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Can someone tell me how to pronounce the following:

  • Irishman/Irishmen

I have read carefully, according to the online Oxford Living Dictionaries, the pronunciation of words like Irishman/Irishmen: the singular is the same as the plural, both are phonemically**/ˈʌɪrɪʃmən/** in standard IPA.

Please check Merriam-Webster, which uses a non-standard, custom pronunciation scheme: Irishman = ī-rish-mən and Irishmen = ī-rish-mən

For example, here's the entry for Irishman/Irishmen from the Cambridge English Dictionary, which is also using IPA to denote which broad phonemes people hear in their minds when these words are said aloud:

Irishman

noun [ C ]: UK /ˈaɪə.rɪʃ.mən/ US ​ /ˈaɪə.rɪʃ.mən/ ᴘʟᴜʀᴀʟ -men UK ​ /-mən/ US​

However, several native speaker experts from EL&U assure me that in natural speech the two pronunciations are different:

  • In practice they will end up the same. When a native speaker is enunciating carefully (ie artificially), they will sound different: the singular will rhyme with Spider-man and the plural (which is the sound you’re actually hearing for both) with Goldman in Goldman Sachs. @Dan Bron (link)

  • Did you google pronounce irishmen and pronounce irishman
    It's a subtle difference. @aparente001 (link)

What is the actual case here: should Irishman and Irishmen be true homophones in reality?

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    In practice they will end up the same. When a native speaker is enunciating carefully (ie artificially), they will sound different: the singular will rhyme with Spider-man and the plural (which is the sound you’re actually hearing for both) with Goldman in Goldman Sachs. In fact, Jerry Seinfeld, a comedian, does a bit about pronouncing Spiderman as Spidermuhn, in accordance with how typical Jewish surnames ending in -man are pronounced. – Dan Bron Dec 25 '17 at 15:08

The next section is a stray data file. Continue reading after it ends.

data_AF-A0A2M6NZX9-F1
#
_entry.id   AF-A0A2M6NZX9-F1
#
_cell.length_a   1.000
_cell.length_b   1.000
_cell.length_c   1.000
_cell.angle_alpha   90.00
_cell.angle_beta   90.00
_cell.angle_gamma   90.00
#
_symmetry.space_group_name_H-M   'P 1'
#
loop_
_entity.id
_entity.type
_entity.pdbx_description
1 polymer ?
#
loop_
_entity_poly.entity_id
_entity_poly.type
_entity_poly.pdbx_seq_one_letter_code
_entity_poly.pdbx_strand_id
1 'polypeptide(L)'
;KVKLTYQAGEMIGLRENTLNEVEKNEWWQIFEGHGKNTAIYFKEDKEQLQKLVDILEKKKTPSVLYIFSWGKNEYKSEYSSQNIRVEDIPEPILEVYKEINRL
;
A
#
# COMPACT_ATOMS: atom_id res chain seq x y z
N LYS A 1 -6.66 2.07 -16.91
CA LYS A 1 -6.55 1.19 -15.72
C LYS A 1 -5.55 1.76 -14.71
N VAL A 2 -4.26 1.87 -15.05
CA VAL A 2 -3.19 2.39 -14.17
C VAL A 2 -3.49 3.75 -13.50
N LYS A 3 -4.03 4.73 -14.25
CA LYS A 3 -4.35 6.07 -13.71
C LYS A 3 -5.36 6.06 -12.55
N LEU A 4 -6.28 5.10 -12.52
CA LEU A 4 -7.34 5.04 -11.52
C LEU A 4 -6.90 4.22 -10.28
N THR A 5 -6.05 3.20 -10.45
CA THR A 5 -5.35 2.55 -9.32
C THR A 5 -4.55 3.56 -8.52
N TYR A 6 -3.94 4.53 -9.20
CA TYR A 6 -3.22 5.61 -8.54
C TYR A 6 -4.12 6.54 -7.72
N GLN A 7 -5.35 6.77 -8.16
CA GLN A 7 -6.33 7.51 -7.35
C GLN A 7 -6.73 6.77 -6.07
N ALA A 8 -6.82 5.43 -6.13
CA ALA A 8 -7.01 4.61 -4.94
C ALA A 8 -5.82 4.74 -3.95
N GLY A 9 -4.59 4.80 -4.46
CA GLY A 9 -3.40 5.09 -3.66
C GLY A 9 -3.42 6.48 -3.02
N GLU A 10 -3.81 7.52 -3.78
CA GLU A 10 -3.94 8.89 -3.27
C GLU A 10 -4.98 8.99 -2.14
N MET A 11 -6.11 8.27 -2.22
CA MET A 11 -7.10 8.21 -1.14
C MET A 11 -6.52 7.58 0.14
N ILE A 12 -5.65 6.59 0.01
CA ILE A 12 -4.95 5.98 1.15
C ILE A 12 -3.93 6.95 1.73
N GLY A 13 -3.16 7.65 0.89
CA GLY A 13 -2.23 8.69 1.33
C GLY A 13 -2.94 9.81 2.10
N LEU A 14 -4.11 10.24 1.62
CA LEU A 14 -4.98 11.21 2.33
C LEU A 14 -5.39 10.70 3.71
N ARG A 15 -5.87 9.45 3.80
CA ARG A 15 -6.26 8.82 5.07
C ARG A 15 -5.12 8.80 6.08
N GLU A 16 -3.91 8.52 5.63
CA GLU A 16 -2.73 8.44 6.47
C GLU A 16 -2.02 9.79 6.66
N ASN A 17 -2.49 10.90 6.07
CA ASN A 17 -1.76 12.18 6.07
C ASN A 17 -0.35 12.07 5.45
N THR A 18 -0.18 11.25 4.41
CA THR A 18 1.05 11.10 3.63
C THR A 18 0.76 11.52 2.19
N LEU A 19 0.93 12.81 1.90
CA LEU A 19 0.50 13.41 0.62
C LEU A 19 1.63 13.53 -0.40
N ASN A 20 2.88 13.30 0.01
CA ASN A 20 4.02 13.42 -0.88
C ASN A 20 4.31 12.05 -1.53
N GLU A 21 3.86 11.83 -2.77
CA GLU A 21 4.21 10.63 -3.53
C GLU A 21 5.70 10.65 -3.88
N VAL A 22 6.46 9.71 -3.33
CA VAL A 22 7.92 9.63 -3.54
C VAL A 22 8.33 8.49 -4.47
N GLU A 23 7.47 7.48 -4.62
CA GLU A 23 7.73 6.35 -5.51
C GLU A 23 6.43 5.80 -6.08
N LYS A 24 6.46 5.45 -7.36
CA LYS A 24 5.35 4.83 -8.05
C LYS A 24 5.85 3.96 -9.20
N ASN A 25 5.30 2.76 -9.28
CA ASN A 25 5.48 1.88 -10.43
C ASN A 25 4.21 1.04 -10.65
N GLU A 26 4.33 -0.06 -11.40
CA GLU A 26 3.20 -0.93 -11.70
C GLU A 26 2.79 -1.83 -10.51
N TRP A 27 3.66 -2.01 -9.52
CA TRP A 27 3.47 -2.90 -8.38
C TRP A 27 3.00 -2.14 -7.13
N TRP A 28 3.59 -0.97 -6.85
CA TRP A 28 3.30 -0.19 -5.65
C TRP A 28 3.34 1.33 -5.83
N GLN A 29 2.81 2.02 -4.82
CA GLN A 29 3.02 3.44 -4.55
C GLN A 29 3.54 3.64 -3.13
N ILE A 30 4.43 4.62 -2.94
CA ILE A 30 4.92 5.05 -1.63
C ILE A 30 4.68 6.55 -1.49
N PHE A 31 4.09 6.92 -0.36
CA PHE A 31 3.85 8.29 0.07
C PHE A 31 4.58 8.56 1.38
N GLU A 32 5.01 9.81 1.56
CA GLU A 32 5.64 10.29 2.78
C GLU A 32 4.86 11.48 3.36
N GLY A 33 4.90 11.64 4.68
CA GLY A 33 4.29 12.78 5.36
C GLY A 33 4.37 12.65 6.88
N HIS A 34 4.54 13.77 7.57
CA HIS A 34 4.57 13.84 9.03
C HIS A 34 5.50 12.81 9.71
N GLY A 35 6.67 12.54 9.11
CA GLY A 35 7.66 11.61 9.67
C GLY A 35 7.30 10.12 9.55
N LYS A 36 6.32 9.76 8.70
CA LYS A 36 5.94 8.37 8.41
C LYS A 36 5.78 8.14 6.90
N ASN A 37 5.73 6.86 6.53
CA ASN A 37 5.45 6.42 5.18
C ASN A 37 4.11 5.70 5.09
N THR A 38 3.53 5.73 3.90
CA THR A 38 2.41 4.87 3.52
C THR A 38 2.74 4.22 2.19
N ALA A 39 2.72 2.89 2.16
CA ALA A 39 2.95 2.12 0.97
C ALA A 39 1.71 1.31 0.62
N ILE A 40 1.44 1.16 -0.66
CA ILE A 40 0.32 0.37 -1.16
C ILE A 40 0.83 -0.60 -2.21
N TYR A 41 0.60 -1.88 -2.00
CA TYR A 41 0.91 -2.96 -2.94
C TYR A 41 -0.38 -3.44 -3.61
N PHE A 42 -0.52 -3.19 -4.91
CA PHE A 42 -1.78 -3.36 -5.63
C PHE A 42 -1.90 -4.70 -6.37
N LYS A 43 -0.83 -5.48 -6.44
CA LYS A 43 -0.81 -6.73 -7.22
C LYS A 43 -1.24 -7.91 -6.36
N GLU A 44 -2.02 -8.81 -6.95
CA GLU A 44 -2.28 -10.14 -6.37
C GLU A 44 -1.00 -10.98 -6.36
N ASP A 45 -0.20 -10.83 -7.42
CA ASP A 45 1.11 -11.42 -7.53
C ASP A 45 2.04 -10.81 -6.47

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    @DanBron I would say that a native speaker enunciating carefully will pronounce the singular to rhyme with ‘Goldman’ and the plural with a clear /ε/ to rhyme with men. I’ve never heard a native speaker pronounce Irishman/Dutchman/Frenchman/ABCman (where ABC is a nationality) to rhyme with Spiderman/Superman/XYZman (where XYZ is a superhero). – Janus Bahs Jacquet Dec 25 '17 at 15:24
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    @aparente001 Erm, well OP had done some research, hadn't they? They'd looked the two words up in various dictionaries. That would seem to be sensible research. However, intuitively doubting the accuracy of the dictionaries, they came to get some expert authentification. You've not only doubted the veracity of the dictionaries, you've closed the question because it seems plain to you that a little googling would have shown the dictionaries to be wrong. Your links, however, make no sense :( ... – Araucaria Dec 27 '17 at 10:07
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    For me, the difference between Irishman and Irishmen is the difference between sermon /ˈsərmən/ and vermin /ˈvərmɪn/. This is a distinction which not all native speakers make, and is quite hard to hear even when they do make it. But this would explain why some people insist they're pronouncing them differently. – Peter Shor Dec 27 '17 at 14:22